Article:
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Wherever criminals go, police must follow. Over the past few years, social media has become a destination for information sharing. Believe it or not, criminals share quite a bit on these websites, making it easier for police to track down the offenders. Police officers and detectives often don’t even need to go undercover to find evidence of crimes, because the information can be accessed from anyone with an account.
In a recent article, CNN covered the different strategies police departments have created to leverage social media:
One pioneer in this emerging area is the city of Cincinnati, where police dismantled a local street gang and arrested 71 people in 2008 following a large nine-month investigation that used social media to identify key members. Collaborating with the University of Cincinnati's Institute of Crime Science, the police created databases of information scraped from social networks, existing police records and phone records, then used software to analyze the data and establish links between suspects.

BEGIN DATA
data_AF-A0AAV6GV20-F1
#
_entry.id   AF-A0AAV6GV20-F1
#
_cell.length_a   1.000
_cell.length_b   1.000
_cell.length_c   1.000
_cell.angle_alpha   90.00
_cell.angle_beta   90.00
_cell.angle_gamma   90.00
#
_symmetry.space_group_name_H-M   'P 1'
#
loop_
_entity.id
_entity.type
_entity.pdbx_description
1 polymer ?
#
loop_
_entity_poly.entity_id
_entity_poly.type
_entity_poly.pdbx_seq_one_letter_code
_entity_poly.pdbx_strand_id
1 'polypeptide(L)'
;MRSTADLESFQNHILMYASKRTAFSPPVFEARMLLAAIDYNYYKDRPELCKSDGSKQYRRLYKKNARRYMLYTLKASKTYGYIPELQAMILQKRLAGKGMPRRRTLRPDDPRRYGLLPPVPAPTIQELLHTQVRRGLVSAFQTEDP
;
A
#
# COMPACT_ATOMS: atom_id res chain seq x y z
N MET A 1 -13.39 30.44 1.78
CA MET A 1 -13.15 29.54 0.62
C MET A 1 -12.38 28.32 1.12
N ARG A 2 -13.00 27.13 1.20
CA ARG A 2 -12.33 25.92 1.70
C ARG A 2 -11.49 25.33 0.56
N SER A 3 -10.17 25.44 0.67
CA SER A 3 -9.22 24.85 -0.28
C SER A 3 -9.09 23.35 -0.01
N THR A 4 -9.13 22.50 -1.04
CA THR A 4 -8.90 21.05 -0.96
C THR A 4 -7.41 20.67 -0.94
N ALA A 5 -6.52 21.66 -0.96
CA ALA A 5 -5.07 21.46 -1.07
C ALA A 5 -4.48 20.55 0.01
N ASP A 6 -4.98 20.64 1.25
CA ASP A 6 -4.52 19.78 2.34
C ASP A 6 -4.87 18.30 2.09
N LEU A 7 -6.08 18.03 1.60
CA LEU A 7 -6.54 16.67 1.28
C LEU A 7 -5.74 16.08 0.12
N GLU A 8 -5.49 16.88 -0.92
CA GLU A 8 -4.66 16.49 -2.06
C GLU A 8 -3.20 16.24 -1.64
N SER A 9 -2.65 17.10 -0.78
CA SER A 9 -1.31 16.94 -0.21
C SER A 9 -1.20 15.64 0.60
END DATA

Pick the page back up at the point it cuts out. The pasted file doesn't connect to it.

As with most police departments, Cincinnati's social-media efforts began small, with a few officers checking online profiles on their downtime. Then police teamed up with the university and received training from social-media experts.
Read Police embrace social media as crime-fighting tool on CNN.
The infographic below provides a snapshot of how law enforcement officers perceive social media as a tool and how they implement it in their daily work.